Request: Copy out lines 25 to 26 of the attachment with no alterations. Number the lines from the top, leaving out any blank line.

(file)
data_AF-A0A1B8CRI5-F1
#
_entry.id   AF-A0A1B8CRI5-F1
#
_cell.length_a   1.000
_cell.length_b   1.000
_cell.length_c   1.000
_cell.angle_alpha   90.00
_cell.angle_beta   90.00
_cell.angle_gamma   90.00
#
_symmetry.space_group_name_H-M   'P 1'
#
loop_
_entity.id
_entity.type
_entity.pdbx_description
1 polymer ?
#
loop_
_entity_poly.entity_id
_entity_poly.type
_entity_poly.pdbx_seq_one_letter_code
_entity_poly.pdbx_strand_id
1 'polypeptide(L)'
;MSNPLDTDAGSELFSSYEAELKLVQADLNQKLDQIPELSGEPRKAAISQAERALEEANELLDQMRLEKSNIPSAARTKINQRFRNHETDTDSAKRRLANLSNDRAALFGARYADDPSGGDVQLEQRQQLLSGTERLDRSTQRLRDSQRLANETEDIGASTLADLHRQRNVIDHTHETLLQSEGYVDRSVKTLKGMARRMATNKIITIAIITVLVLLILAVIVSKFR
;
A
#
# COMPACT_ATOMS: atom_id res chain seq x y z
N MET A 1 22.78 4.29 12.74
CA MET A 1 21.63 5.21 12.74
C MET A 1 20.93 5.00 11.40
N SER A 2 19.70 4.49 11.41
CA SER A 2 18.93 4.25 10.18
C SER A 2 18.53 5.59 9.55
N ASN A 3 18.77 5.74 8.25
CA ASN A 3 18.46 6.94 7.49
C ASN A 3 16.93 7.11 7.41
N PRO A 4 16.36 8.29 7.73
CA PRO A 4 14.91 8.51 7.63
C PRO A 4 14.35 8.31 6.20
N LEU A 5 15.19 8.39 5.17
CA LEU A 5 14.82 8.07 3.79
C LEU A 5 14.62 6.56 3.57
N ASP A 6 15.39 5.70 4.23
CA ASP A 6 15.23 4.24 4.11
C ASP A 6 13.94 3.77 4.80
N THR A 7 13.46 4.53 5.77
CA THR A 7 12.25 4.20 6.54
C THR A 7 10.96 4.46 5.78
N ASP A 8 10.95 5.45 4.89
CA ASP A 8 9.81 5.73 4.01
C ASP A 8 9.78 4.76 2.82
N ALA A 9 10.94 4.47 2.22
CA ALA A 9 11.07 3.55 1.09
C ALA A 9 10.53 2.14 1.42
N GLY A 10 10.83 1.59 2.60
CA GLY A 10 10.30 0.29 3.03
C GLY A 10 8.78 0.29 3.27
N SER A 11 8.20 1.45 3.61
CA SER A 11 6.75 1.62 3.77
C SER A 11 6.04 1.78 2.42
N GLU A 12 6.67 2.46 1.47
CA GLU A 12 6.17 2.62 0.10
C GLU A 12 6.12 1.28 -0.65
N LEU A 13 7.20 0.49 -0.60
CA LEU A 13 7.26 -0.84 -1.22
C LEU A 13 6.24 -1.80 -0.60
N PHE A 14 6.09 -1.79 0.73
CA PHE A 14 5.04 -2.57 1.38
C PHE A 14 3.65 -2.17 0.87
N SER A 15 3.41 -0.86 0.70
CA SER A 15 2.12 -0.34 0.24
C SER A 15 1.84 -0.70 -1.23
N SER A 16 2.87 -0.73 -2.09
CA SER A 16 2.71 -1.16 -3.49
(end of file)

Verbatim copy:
1 'polypeptide(L)'
;MSNPLDTDAGSELFSSYEAELKLVQADLNQKLDQIPELSGEPRKAAISQAERALEEANELLDQMRLEKSNIPSAARTKINQRFRNHETDTDSAKRRLANLSNDRAALFGARYADDPSGGDVQLEQRQQLLSGTERLDRSTQRLRDSQRLANETEDIGASTLADLHRQRNVIDHTHETLLQSEGYVDRSVKTLKGMARRMATNKIITIAIITVLVLLILAVIVSKFR